# Quantifying Arrow Strength

By quantifying the strength of an arrow, we answer the question:

How strong is the causal influence from a cause to its direct effect?

## How to use it

To see how the method works, let us generate some data.

>>> import numpy as np, pandas as pd, networkx as nx
>>> from dowhy import gcm
>>> np.random.seed(10)  # to reproduce these results

>>> Z = np.random.normal(loc=0, scale=1, size=1000)
>>> X = 2*Z + np.random.normal(loc=0, scale=1, size=1000)
>>> Y = 3*X + 4*Z + np.random.normal(loc=0, scale=1, size=1000)
>>> data = pd.DataFrame(dict(X=X, Y=Y, Z=Z))


Next, we will model cause-effect relationships as a probabilistic causal model and fit it to the data.

>>> causal_model = gcm.ProbabilisticCausalModel(nx.DiGraph([('Z', 'Y'), ('Z', 'X'), ('X', 'Y')]))
>>> causal_model.set_causal_mechanism('Z', gcm.EmpiricalDistribution())
>>> gcm.fit(causal_model, data)


Finally, we can estimate the strength of incoming arrows to a node of interest (e.g., $$Y$$).

>>> strength = gcm.arrow_strength(causal_model, 'Y')
>>> strength
{('X', 'Y'): 41.321925893102716,
('Z', 'Y'): 14.736197949517237}


Interpreting the results: By default, the measurement unit of the scalar values for arrow strengths is variance for a continuous real-valued target, and the number of bits for a categorical target. Above, we observe that the direct influence from $$X$$ to $$Y$$ (~41.32) is stronger (by ~2.7 times) than the direct influence from $$Z$$ to $$Y$$ (~14.73). Roughly speaking, “removing” the arrow from $$X$$ to $$Y$$ increases the variance of $$Y$$ by ~41.32 units, whereas removing $$Z \to Y$$ increases the variance of $$Y$$ by ~14.73 units.

In the next section, we explain what “removing” an edge implies. In particular, we briefly explain the science behind our method for quantifying the strength of an arrow.

## Understanding the method

We will use the causal graph below to illustrate the key idea behind our method.

Recall that we can obtain the joint distribution of variables $$P$$ from their causal graph via a product of conditional distributions of each variable given its parents. To quantify the strength of an arrow from $$Z$$ to $$Y$$, we define a new joint distribution $$P_{Z \to Y}$$, also called post-cutting distribution, obtained by removing the edge $$Z \to Y$$, and then feeding $$Y$$ with an i.i.d. copy of $$Z$$. The i.i.d. copy can be simulated, in practice, by applying random permutation to samples of $$Z$$. The strength of an arrow from $$Z$$ to $$Y$$, denoted $$C_{Z \to Y}$$, is then the distance (e.g., KL divergence) between the post-cutting distribution $$P_{Z \to Y}$$ and the original joint distribution $$P$$.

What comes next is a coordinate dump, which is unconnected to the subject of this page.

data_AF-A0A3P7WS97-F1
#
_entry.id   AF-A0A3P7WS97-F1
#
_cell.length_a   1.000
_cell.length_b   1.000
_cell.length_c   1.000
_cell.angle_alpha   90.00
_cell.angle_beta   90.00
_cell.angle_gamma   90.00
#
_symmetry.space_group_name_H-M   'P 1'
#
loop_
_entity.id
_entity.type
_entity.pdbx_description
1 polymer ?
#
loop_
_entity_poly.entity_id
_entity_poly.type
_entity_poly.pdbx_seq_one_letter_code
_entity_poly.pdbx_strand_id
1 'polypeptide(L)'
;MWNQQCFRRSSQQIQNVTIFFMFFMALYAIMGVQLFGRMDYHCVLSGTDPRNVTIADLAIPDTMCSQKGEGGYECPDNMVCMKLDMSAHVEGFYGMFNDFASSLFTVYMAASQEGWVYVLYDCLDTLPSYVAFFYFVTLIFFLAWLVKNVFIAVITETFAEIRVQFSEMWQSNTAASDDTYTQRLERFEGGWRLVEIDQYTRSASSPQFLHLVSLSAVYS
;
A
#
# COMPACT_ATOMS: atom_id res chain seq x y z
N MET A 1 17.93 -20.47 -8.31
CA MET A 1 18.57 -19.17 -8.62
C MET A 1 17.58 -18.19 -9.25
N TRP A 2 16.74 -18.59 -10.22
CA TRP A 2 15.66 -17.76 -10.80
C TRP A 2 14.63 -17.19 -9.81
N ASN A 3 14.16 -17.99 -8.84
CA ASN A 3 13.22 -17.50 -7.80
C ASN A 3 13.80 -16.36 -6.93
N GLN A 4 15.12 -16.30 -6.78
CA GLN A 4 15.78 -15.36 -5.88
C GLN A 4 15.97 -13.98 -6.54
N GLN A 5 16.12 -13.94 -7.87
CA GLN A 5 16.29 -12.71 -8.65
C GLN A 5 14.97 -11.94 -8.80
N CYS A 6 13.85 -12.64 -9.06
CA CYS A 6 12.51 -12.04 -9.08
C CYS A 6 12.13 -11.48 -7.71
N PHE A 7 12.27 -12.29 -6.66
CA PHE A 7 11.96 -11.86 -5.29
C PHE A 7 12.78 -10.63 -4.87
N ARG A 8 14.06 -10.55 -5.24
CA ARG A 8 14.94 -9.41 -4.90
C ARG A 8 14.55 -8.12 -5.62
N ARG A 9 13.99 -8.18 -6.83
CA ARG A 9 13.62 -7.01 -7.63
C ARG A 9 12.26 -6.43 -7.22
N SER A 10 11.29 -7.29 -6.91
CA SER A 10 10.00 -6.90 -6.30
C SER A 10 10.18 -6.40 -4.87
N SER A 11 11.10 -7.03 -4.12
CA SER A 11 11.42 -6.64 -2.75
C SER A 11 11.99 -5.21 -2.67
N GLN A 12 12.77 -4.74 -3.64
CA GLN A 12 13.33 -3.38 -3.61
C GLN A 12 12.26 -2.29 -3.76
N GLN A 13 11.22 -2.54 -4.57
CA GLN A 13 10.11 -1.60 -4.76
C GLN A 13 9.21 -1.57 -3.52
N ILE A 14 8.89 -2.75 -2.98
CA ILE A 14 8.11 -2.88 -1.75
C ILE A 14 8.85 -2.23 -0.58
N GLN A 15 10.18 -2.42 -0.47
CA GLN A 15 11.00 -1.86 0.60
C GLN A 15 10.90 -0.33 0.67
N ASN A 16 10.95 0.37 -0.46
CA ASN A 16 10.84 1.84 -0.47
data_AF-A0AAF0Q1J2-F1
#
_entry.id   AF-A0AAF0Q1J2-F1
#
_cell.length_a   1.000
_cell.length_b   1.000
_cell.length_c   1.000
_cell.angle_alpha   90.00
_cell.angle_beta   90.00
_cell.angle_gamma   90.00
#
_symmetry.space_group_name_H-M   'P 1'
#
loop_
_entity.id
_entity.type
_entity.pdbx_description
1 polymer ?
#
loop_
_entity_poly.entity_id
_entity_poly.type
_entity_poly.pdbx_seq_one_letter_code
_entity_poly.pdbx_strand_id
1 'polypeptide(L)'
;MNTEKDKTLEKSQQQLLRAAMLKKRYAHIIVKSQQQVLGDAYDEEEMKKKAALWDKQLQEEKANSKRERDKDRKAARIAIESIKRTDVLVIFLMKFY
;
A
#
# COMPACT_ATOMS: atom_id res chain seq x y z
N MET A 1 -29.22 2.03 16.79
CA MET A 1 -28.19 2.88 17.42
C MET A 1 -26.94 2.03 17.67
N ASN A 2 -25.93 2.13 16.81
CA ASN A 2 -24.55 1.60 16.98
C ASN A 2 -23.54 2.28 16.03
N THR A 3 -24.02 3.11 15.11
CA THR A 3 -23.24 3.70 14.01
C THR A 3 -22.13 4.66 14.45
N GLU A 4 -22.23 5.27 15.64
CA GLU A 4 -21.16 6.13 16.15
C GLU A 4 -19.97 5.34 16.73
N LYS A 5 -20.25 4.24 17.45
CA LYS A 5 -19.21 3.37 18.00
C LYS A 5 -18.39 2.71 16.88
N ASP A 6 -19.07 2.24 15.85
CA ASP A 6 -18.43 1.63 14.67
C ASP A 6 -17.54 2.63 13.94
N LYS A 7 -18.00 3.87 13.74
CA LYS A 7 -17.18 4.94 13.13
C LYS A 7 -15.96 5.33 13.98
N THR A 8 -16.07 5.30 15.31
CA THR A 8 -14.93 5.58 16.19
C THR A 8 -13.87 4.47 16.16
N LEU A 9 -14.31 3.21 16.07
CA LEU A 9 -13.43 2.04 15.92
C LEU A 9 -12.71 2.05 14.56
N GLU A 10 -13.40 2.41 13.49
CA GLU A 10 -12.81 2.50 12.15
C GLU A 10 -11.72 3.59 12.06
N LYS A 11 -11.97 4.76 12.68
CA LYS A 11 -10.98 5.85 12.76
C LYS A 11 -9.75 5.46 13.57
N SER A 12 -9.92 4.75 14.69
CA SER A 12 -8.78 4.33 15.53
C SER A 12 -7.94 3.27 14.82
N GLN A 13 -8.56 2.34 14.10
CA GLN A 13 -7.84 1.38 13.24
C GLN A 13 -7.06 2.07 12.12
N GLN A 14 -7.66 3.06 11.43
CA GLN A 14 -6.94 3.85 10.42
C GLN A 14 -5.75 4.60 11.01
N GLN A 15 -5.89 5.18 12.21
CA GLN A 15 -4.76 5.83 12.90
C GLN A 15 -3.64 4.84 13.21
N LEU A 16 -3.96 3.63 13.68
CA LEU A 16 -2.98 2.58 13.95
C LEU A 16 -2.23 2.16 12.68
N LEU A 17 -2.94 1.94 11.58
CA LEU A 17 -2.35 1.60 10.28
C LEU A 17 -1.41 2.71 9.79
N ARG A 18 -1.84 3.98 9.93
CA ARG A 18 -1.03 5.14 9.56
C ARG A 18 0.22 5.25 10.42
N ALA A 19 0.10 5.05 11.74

$C_{Z \to Y} := D_{\mathrm{KL}}(P\; || P_{Z \to Y})$

Note that only the causal mechanism of the target variable ($$P_{Y \mid X, Z}$$ in the above example) changes between the original and the post-cutting joint distribution. Therefore, any change in the marginal distribution of the target (obtained by marginalising the joint distribution) is due to the change in the causal mechanism of the target variable. This means, we can also quantify the arrow strength in terms of the change in the property of the marginal distribution (e.g. mean, variance) of the target when we remove an edge.

## Measuring arrow strengths in different units

By default, arrow_strength employs KL divergence for measuring the arrow strength for categorical target, and difference in variance for continuous real-valued target. But we can also plug in our choice of measure, using the difference_estimation_func parameter. To measure the arrow strength in terms of the change in the mean, we could define:

>>> def mean_diff(Y_old, Y_new): return np.mean(Y_new) - np.mean(Y_old)


and then estimate the arrow strength:

>>> gcm.arrow_strength(causal_model, 'Y', difference_estimation_func=mean_diff)
{('X', 'Y'): 0.11898914602350251,
('Z', 'Y'): 0.07811542095834415}


This is expected; in our example, the mean value of $$Y$$ remains $$0$$ regardless of whether we remove an incoming arrow. As such, the strength of incoming arrows to $$Y$$ should be negligible.

In summary, arrow strength can be measured in different units (e.g., mean, variance, bits). Therefore, we advise users to pick a meaningful unit—based on data and interpretation—to apply this method in practice.